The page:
World Trade Organization (WTO) chief Supachai Panitchpakdi warned yesterday that failure to make substantial progress in trade liberalization talks would be a "recipe for disaster" for the global trading system.
"We have not been making the kind of progress that we have expected; we have worked very hard ... but up to now we have not seen much substantial results," he told a two-day WTO mini-ministerial that opened in Dalian, China yesterday.
He was lamenting years of drawn-out negotiations in the WTO Doha Round of talks that began in 2001 but have missed nearly all its targets for liberalizing world trade.
"If we keep on like this ... the talks will be full of divergences and opposition as opposed to convergences ... this will be a recipe for disaster and failure," Supachai said.
Some 32 trade ministers are taking part in the Dalian meeting, out of the WTO's full membership of 148. Yesterday's opening discussions were to focus on agriculture, officials said.
The Doha Round aims to expand free trade in a way that benefits poor nations but the developing world is accusing developed nations of refusing to give up a trade system largely skewered in favor of the rich countries.
Members faced their biggest crisis in 2003 as the Cancun summit in Mexico collapsed in a confrontation between rich and poor over trade in services and agricultural export subsidies.
However, last week at the G8 meeting of industrialized nations in Scotland, the US and the EU pledged to get rid of the trade-distorting agricultural export subsidies as a means to boost the ongoing WTO talks.
The EU and the US are broadly hoping that developing countries will offer concessions on trade in services and industrial goods in exchange for an end to their agricultural subsidies.
Member states are hoping that a set of trade "formulas and modalities" that define trade liberalization and market access can be hammered out in the coming weeks and presented at a WTO ministerial meeting in Hong Kong in December.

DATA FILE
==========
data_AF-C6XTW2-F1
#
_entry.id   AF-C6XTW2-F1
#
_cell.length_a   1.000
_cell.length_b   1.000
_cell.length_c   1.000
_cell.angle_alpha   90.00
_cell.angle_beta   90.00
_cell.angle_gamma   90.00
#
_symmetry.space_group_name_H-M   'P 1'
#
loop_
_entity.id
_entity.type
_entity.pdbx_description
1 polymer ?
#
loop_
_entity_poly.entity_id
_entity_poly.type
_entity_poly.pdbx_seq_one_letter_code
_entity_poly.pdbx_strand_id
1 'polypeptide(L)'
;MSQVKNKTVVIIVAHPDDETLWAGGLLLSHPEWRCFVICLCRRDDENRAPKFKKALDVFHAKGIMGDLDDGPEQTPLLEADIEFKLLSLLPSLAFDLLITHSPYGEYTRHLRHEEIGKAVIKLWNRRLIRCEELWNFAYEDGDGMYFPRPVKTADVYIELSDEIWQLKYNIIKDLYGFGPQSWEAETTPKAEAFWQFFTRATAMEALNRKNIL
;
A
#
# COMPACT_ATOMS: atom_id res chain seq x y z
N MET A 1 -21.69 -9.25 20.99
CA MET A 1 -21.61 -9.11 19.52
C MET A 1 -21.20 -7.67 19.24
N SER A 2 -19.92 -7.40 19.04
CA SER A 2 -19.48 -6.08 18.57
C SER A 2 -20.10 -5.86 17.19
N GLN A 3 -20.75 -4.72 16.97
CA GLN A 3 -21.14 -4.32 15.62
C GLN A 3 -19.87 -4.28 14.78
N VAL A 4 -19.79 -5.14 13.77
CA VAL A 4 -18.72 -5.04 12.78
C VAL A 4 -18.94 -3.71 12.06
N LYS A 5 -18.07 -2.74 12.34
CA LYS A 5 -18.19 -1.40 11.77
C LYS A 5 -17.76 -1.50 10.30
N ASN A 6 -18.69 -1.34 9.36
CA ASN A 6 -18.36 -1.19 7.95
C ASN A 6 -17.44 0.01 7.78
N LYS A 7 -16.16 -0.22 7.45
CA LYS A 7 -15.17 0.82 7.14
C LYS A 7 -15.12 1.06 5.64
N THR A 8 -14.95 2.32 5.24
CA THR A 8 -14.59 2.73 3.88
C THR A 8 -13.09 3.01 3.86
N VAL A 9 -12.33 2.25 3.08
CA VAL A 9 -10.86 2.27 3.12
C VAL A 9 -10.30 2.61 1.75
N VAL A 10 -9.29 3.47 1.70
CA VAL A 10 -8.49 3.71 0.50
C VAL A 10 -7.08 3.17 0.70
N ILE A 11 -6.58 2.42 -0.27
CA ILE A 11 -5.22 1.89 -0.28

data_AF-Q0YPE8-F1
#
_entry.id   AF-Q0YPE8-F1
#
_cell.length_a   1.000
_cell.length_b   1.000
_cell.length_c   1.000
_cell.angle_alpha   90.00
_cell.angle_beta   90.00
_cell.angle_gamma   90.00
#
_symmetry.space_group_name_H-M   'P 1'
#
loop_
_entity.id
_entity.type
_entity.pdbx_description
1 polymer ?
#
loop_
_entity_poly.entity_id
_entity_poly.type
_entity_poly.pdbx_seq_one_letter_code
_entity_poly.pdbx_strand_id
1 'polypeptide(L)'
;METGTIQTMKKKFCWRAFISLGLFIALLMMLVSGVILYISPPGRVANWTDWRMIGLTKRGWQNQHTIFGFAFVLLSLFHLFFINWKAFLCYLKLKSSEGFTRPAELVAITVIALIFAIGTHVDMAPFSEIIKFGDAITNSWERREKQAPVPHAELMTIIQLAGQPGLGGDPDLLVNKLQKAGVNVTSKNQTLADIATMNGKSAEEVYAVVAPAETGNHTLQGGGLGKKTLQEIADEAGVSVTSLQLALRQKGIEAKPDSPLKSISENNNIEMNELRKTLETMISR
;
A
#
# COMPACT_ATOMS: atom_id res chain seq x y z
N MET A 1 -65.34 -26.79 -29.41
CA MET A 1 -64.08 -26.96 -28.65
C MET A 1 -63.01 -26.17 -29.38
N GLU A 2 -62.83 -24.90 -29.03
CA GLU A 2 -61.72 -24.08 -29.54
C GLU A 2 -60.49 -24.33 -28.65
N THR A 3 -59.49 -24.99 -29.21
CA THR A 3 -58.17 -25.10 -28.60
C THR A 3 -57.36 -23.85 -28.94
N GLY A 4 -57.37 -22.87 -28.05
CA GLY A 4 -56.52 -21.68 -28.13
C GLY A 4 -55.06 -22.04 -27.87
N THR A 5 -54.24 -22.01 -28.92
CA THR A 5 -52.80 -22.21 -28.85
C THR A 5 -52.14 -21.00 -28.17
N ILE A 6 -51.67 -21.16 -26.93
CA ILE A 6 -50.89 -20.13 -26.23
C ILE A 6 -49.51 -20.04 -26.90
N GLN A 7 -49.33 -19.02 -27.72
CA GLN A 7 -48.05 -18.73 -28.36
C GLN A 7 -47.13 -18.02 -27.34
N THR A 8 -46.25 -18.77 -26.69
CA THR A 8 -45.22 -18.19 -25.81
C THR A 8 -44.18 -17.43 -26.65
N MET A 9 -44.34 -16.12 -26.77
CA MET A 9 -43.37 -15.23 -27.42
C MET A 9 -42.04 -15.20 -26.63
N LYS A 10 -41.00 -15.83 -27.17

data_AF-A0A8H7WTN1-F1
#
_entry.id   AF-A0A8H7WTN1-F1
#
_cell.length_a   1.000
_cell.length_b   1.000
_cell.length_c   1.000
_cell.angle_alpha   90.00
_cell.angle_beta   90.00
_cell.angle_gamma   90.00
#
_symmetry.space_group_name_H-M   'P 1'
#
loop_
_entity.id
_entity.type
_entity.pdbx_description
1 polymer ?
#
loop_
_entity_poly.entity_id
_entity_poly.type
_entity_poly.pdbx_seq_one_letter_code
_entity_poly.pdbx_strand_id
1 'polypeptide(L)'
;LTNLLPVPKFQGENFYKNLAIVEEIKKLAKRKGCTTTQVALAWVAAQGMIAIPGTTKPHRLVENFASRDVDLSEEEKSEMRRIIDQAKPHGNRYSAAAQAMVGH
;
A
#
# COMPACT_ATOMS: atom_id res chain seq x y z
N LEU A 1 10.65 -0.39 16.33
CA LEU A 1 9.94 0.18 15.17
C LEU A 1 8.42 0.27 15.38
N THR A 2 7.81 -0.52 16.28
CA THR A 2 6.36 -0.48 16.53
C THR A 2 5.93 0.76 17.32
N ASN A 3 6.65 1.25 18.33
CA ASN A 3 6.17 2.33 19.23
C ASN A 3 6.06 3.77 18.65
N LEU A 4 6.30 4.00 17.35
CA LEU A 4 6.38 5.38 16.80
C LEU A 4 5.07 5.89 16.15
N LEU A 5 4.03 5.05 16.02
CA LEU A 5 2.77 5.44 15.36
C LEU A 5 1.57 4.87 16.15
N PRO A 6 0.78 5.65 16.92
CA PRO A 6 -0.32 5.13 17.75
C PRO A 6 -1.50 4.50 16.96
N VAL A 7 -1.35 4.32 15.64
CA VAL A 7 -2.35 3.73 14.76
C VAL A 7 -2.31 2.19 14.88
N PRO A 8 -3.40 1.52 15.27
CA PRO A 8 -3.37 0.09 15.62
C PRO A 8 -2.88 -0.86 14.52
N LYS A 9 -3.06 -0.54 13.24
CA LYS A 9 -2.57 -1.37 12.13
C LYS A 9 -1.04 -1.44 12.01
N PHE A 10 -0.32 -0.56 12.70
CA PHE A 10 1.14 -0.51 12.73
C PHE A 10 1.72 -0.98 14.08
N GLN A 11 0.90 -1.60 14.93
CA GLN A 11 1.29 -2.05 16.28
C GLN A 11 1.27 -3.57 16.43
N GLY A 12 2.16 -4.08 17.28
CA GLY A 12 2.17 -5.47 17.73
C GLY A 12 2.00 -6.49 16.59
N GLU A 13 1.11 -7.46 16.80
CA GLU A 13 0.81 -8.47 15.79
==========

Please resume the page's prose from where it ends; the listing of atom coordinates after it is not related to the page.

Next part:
"We need strong support and positive signals which can be translated into progress at the negotiating table in [late July talks] in Geneva," Supachai said.
Chinese Trade Minister Bo Xilai (薄熙來), host of the meeting, meanwhile urged states to accept 2010 as the deadline for the end of export subsidies and to quickly reach a consensus on thresholds for market access and agricultural supports.
"I have put forward ... suggestions to the EU, India, Brazil and the United States," Bo said.
"The first is whether we can strive to finish a consensus concerning a time frame for the elimination of export subsidies, namely identifying 2010 as a deadline," he said.
"The second, in the area of market access and domestic support for agriculture, is on whether we can reach a consensus for tier divisions and thresholds for each tier," he said, referring to the detailed technical language defining the two areas of trade.
However, he also played down expectations from the Dalian meeting.
"If we can make even small progress then I think it would be a contribution [from China]," Bo told Supachai in a bilateral meeting.
Observers of the ongoing negotiations voiced widespread pessimism of a successful outcome.
"World trade talks are at a crisis point," said Celine Charveriat of Oxfam International, a group advocating fair trade for poor nations.
"With less than six months to go before the WTO Ministerial in Hong Kong, negotiators are miles from consensus and have failed even to produce draft texts for discussion," she said.
Charveriat said the G8 missed the opportunity to give the talks the boost they needed.
"Their rhetoric is sadly mis-matched with the state of WTO negotiations in Geneva where rich country intransigence and self-interest is blocking progress and jeopardizing the whole round," Charveriat said.
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